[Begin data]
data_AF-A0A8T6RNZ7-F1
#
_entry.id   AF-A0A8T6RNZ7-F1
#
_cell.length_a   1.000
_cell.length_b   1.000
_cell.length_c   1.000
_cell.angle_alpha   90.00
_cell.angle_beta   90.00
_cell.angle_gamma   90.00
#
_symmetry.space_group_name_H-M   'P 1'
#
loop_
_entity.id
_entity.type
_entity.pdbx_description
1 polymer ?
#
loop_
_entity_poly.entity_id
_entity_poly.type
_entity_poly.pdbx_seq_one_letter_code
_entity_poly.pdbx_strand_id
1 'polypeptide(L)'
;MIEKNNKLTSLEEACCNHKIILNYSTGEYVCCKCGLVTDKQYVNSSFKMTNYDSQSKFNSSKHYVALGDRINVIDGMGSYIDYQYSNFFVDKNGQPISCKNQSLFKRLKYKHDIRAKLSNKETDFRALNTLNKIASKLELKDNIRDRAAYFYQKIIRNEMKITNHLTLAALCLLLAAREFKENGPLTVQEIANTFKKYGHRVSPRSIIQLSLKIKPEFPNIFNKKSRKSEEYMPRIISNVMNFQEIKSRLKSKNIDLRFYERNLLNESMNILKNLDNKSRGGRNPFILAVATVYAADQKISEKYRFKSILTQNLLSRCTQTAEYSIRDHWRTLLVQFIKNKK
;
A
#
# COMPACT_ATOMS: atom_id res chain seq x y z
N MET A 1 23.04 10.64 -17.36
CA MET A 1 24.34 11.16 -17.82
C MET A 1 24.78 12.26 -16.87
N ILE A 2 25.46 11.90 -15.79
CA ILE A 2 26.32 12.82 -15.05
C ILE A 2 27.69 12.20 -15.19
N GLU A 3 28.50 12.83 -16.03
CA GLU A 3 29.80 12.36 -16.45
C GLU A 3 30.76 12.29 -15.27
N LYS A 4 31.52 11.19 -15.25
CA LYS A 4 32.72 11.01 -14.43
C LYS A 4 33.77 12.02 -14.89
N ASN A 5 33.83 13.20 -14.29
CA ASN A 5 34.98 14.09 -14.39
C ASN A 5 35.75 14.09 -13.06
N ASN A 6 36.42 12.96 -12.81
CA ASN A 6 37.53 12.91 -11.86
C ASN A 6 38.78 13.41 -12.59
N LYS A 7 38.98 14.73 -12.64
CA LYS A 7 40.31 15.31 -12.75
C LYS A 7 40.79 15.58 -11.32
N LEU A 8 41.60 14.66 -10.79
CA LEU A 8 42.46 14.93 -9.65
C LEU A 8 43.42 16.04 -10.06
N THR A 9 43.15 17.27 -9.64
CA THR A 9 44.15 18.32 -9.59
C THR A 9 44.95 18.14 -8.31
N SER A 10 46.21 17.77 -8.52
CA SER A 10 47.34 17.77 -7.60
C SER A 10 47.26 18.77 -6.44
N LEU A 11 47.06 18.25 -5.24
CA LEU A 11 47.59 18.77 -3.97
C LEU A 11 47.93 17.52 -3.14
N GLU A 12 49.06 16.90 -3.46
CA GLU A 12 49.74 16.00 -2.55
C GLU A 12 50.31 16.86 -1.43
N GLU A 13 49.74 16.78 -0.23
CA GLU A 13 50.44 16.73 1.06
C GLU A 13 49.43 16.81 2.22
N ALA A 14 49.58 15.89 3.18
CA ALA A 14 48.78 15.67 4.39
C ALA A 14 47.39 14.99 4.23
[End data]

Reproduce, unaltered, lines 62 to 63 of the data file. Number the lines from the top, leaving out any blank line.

CA LEU A 11 47.59 18.77 -3.97
C LEU A 11 47.93 17.52 -3.14